Handbells are a beautiful addition to any Sunday worship service. “Built on the Rock” by Hart Morris gives your handbell and handchime group a challenging yet stunning piece for your congregation to listen to, with a triumphant conclusion of praise to the Savior.
With a slight introductory nod to EIN FESTE BURG, the first stanza proceeds in the expected 3/4 meter. Stanza 2 moves smoothly into 6/8 and introduces the mallets and handchimes. The final stanza reverts to the original meter, with mallets driving the bass rhythm to the hymn’s triumphant conclusion. Level III.
Morris uses various handbell techniques and adds handchimes for a portion of the piece to highlight the hymn tune in different ways, while keeping each statement of the tune fresh and interesting. In the tune’s first statement, the melody rings in upper octaves while mallets harmonize with eighth notes by means of contrast and to keep the tempo moving forward.
Mallets continue to provide rhythmic and harmonic support in the tune’s second statement, while handchimes ring the tune a second time. This creates a distinctly unique tone and feel from that of an ensemble comprised entirely of handbells, and it adds interest to the tune.
The differing and distinctive sounds throughout the setting are especially appropriate when considering that the hymn associated with the tune is five stanzas. Should someone be following the text while listening to the musical setting, the amount of musical variety is fitting, given the length of the text.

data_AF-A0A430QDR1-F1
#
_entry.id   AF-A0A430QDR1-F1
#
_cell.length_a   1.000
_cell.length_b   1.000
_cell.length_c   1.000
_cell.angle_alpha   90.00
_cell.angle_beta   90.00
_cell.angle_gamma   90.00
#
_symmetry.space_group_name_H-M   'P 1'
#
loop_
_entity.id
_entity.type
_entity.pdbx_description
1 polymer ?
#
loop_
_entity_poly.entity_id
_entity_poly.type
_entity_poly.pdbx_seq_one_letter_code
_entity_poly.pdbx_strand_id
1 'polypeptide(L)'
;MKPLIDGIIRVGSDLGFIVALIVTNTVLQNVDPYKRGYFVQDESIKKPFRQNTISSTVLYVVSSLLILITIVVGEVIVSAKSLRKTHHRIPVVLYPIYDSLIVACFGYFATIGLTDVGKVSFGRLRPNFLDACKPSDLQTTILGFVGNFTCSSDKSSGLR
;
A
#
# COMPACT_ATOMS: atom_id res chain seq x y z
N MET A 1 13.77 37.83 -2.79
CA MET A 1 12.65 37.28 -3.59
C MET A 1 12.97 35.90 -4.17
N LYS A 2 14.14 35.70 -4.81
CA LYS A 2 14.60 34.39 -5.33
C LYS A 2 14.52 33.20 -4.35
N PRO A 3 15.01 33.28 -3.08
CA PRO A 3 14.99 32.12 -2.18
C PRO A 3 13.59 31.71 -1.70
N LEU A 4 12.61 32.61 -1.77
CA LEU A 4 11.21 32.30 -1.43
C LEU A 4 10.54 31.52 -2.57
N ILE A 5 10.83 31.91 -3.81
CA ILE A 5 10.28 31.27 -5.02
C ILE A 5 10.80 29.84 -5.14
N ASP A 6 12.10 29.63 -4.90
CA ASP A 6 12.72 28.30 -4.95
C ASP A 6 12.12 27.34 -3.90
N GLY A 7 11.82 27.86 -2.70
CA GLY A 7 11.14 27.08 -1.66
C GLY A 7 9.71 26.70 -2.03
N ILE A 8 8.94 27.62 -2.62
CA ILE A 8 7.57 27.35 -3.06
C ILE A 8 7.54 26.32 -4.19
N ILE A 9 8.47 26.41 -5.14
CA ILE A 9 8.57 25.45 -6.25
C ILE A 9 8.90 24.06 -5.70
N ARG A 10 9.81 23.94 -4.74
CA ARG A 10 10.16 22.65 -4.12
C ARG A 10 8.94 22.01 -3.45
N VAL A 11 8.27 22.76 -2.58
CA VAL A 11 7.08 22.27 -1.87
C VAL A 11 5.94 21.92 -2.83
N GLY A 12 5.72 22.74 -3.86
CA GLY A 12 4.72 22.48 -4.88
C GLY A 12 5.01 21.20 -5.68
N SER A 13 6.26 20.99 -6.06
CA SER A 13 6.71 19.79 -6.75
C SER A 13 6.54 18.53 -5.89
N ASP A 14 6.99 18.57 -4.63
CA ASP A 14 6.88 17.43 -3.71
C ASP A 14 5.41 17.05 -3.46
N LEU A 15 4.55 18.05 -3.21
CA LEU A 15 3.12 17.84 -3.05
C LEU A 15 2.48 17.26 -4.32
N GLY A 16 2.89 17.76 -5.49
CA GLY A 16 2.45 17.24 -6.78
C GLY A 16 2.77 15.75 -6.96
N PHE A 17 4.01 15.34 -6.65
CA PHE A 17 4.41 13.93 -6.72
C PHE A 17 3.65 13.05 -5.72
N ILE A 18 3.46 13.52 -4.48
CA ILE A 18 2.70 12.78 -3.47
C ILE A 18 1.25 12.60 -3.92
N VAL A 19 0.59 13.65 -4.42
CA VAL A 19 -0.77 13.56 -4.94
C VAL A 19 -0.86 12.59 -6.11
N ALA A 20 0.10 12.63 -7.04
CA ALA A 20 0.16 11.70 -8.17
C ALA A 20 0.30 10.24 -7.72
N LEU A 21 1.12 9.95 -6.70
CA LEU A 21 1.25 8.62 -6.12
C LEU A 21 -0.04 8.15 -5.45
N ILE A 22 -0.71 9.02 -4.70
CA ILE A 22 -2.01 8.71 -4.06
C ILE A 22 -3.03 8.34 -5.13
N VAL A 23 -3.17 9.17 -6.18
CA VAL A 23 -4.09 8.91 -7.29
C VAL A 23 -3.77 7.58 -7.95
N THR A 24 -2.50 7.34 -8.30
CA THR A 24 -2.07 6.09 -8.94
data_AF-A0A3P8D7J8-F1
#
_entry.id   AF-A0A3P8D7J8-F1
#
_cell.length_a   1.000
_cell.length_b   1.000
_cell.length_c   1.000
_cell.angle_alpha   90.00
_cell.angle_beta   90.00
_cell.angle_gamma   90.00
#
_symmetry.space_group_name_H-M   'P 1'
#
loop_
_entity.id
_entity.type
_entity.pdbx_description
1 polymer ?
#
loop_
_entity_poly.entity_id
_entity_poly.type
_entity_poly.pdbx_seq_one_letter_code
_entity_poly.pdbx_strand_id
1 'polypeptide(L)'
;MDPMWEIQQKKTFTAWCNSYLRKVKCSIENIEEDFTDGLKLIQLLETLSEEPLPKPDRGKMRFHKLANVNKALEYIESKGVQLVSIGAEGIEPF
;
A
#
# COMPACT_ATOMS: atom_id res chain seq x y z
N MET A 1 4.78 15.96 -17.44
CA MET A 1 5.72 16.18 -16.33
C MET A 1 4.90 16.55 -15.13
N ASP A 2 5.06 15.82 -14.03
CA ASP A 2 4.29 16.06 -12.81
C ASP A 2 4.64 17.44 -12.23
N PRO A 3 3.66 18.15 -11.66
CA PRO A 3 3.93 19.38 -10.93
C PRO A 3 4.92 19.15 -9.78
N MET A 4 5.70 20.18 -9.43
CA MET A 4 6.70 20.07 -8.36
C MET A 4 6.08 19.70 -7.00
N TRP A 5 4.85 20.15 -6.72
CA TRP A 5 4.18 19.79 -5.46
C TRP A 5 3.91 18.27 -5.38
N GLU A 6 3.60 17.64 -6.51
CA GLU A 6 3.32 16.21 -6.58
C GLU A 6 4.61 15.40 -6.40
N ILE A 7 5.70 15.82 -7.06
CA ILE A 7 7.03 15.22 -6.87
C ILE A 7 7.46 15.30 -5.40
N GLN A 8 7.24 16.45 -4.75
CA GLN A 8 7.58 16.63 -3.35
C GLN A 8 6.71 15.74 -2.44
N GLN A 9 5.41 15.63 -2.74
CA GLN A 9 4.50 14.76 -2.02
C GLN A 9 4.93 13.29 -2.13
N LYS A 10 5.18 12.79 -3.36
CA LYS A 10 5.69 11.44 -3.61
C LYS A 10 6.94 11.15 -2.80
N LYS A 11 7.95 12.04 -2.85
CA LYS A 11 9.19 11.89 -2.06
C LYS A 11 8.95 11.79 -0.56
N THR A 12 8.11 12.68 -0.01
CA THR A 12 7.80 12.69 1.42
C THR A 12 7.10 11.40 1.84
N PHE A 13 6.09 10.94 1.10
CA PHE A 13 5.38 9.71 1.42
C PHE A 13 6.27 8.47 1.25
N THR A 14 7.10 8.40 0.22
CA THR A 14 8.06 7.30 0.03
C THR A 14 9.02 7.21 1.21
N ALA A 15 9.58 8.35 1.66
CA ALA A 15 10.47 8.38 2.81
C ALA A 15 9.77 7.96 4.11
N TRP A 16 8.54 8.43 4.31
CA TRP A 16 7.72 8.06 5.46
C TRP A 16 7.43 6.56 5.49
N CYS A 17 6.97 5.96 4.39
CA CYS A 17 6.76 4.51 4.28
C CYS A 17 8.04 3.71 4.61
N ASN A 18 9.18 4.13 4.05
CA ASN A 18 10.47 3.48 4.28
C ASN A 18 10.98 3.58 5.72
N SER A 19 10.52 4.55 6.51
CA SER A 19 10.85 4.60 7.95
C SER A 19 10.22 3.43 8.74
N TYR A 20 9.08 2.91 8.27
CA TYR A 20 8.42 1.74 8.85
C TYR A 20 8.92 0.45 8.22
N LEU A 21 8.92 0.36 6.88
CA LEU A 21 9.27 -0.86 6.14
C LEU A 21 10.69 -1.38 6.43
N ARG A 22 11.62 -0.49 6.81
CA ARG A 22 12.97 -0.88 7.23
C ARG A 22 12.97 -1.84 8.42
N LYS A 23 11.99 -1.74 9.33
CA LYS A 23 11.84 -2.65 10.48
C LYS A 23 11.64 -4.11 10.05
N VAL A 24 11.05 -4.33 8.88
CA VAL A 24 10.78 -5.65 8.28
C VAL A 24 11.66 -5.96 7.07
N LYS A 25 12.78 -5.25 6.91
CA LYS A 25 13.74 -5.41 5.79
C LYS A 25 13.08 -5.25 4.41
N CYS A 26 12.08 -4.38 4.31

The third time the melody is stated, the full handbell chorus returns and combines the previous techniques of mallets and eighth-note rhythms and adds a number of shaken chords in order to emphasize the setting’s conclusion.
Morris’s colorful and lively setting of “Built on the Rock” should be useful for handbell choirs as the end of the summer and beginning of fall nears, and throughout the Church Year in future years. The piece begins with the opening line of “A Mighty Fortress Is Our God” in C minor, and then proceeds with the hymn tune KIRKEN DEN ER ET GAMMELT HUS.
The connection between the two hymns is an artful one, since both are appropriate during the time of the Church Year when the propers focus on Christ as the foundation of the Church, culminating in Reformation Day on October 31.
The Hymn of the Day for Proper 16A (August 23, 2020) is “Built on the Rock.” The Gospel that day recounts when Jesus asked His disciples, “Who do people say that the Son of Man is?” and, “Who do you say that I am?” (Matthew 16:13, 15) and Peter responds, “You are the Christ, the Son of the living God” (Matthew 16:16).
It is on this confession, this rock that Jesus said He would build His Church, and this confession is the rock upon which the Church stands to this day, described in stanza 1 of “Built on the Rock”:
Built on the Rock the Church shall stand
Even when steeples are falling.
Crumbled have spires in ev’ry land;
Bells still are chiming and calling,
Calling the young and old to rest,
But above all the souls distressed,
Longing for rest everlasting.
That the word bells appears twice in this hymn (in stanzas 1 and 5) makes an additional connection between Morris’s handbell setting of the hymn tune and the hymn’s text. Perhaps when your handbell choir is playing this piece for a service, the text of at least stanzas 1 and 5, or a note directing the congregation to hymn 645 (“Built on the Rock”) in Lutheran Service Book, could be printed in the bulletin to allow people an opportunity to reflect on the hymn text while listening to the handbell setting.
To ring out “Built on the Rock” for your congregation, order the sheet music below.